March weather is notoriously unpredictable, especially in Utah, where a week of sunshine is often followed by days of unrelenting snowfall. But for steadfast gardeners and loyal landscapers, the early spring season is a time to reevaluate your awakening outdoor areas. Of course, it’s not quite time to plant delicate blooms in the ground, but getting a head start on your plein air projects will undoubtedly sow the seeds of green-thumbed success. To help you get started, Ginger Belnap, owner and principal landscape designer of Meadow Brook Design, offers her top five tips for Utah spring landscaping.
1) Be careful with fertilizer
Winter storms hit the Wasatch Front sporadically between March and April, and a surge in moisture can impact your lawn. Too much rain produces runoff that carries fertilizer away that hasn’t had the opportunity to soak into the soil. Belnap suggests keeping an eye on the weather and applying fertilizer two days before a heavy storm to avoid deficiency. The type of fertilizer used is just as important as timing, and using the nutrient-rich version gives your lawn the best chance at revival after a long winter. “In the spring, you want to apply a high-nitrogen fertilizer to give your lawn a quick green color,” says Belnap.
2) Think of the big picture
Even seemingly low maintenance and water-wise landscapes require maintenance. Do your future self a favor by planning out the landscape of your entire yard before you begin spring gardening. “An efficient landscape design takes advantage of the entire yard, fostering a sense of function, flow and beauty,” Belnap explains. Factors to consider when planning your landscape include:
- Defining areas organized by plant type
- Including distinct borders
- Not forgetting pathways
3) Prioritize Privacy
Without added privacy, even a well-designed landscape loses its charm and comfort. While you wait for the season’s last freeze, take the opportunity to research garden features that provide both visual appeal and the feeling of seclusion. Strategically placed fences may separate a neighbor’s property from yours, but other solutions include decorative screens and evergreens. Even a row of potted topiaries can designate a private sitting area apart from the busier yard areas when placed in an appropriate position.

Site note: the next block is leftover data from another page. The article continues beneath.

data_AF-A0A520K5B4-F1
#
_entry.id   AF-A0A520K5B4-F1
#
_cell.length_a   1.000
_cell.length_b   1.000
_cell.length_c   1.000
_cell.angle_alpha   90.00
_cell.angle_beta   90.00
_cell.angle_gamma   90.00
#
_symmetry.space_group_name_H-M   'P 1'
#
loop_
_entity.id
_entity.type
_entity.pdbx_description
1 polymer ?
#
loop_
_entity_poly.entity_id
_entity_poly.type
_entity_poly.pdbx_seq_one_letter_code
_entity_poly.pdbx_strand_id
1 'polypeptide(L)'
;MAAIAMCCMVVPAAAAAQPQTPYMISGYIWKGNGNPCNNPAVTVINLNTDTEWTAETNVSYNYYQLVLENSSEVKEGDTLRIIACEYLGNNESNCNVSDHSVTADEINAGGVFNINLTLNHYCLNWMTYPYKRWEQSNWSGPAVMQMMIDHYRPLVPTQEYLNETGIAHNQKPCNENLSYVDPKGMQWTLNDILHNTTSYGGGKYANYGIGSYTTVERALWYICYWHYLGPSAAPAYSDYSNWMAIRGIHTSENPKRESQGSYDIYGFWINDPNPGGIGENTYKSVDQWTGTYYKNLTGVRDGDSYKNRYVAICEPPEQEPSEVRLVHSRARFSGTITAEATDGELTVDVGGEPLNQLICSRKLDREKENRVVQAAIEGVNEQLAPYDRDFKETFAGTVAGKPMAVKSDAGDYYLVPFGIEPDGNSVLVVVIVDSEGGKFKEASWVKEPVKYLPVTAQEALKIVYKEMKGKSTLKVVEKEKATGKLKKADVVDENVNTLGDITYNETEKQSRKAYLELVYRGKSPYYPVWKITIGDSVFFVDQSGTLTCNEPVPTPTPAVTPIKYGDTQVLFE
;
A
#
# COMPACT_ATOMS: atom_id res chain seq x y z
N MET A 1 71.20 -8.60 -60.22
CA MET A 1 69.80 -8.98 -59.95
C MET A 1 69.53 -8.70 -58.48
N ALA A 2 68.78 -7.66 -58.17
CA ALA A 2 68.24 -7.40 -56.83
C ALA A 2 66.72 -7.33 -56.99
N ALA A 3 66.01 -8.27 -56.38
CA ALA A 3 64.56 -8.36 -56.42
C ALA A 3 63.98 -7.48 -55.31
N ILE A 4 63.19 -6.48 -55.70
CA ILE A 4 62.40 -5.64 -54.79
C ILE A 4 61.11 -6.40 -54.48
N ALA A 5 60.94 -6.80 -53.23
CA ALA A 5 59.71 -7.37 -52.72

4) Focus your family values
If you plan on undertaking a total landscape overhaul this spring, Belnap advises investing in features you know your family will use and enjoy. “If your family enjoys playing games, prioritize a level lawn space to play soccer or football,” she says. “Or maybe installing a pickleball court is a better fit for your family and lifestyle—be creative!”
5) Remember bigger isn’t always better
It might be tempting to go ahead and invest in mature shrubs and plants that will immediately fill in your sparse landscape. But planting juvenile greenery gives your yard an opportunity to grow and change with the seasons while also being easier on your budget. Belnap thinks of this as a long-term investment, like “choosing small trees over shrubs as they take longer to grow and require less long-term maintenance.”